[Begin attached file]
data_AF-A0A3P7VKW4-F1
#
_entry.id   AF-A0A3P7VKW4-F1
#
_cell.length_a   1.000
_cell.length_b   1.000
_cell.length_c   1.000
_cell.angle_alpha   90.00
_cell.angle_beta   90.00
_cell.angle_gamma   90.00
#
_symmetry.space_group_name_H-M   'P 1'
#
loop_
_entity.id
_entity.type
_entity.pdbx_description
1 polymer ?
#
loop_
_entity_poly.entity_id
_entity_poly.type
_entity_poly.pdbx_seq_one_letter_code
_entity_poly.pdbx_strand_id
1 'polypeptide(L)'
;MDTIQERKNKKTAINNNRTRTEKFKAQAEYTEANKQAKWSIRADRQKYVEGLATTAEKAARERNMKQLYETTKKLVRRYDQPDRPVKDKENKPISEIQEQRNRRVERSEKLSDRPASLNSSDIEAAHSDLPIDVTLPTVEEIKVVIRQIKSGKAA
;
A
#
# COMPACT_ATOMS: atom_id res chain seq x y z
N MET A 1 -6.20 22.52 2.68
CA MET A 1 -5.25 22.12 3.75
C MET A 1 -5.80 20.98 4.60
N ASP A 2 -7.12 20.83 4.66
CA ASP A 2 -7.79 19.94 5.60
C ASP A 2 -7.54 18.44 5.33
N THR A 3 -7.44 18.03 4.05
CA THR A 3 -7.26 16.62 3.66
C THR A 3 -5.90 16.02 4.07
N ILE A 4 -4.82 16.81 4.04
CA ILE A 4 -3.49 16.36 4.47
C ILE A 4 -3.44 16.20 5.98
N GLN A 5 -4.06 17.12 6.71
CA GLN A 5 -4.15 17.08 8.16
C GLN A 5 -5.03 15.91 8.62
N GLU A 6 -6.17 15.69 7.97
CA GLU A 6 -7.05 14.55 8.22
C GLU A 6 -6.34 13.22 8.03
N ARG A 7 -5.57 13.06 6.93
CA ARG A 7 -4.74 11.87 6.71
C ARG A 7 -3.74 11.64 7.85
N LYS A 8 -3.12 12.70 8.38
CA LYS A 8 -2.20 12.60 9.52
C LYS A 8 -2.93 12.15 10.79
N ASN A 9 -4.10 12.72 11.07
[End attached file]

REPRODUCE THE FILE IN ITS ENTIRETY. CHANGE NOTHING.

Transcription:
data_AF-A0A3P7VKW4-F1
#
_entry.id   AF-A0A3P7VKW4-F1
#
_cell.length_a   1.000
_cell.length_b   1.000
_cell.length_c   1.000
_cell.angle_alpha   90.00
_cell.angle_beta   90.00
_cell.angle_gamma   90.00
#
_symmetry.space_group_name_H-M   'P 1'
#
loop_
_entity.id
_entity.type
_entity.pdbx_description
1 polymer ?
#
loop_
_entity_poly.entity_id
_entity_poly.type
_entity_poly.pdbx_seq_one_letter_code
_entity_poly.pdbx_strand_id
1 'polypeptide(L)'
;MDTIQERKNKKTAINNNRTRTEKFKAQAEYTEANKQAKWSIRADRQKYVEGLATTAEKAARERNMKQLYETTKKLVRRYDQPDRPVKDKENKPISEIQEQRNRRVERSEKLSDRPASLNSSDIEAAHSDLPIDVTLPTVEEIKVVIRQIKSGKAA
;
A
#
# COMPACT_ATOMS: atom_id res chain seq x y z
N MET A 1 -6.20 22.52 2.68
CA MET A 1 -5.25 22.12 3.75
C MET A 1 -5.80 20.98 4.60
N ASP A 2 -7.12 20.83 4.66
CA ASP A 2 -7.79 19.94 5.60
C ASP A 2 -7.54 18.44 5.33
N THR A 3 -7.44 18.03 4.05
CA THR A 3 -7.26 16.62 3.66
C THR A 3 -5.90 16.02 4.07
N ILE A 4 -4.82 16.81 4.04
CA ILE A 4 -3.49 16.36 4.47
C ILE A 4 -3.44 16.20 5.98
N GLN A 5 -4.06 17.12 6.71
CA GLN A 5 -4.15 17.08 8.16
C GLN A 5 -5.03 15.91 8.62
N GLU A 6 -6.17 15.69 7.97
CA GLU A 6 -7.05 14.55 8.22
C GLU A 6 -6.34 13.22 8.03
N ARG A 7 -5.57 13.06 6.93
CA ARG A 7 -4.74 11.87 6.71
C ARG A 7 -3.74 11.64 7.85
N LYS A 8 -3.12 12.70 8.38
CA LYS A 8 -2.20 12.60 9.52
C LYS A 8 -2.93 12.15 10.79
N ASN A 9 -4.10 12.72 11.07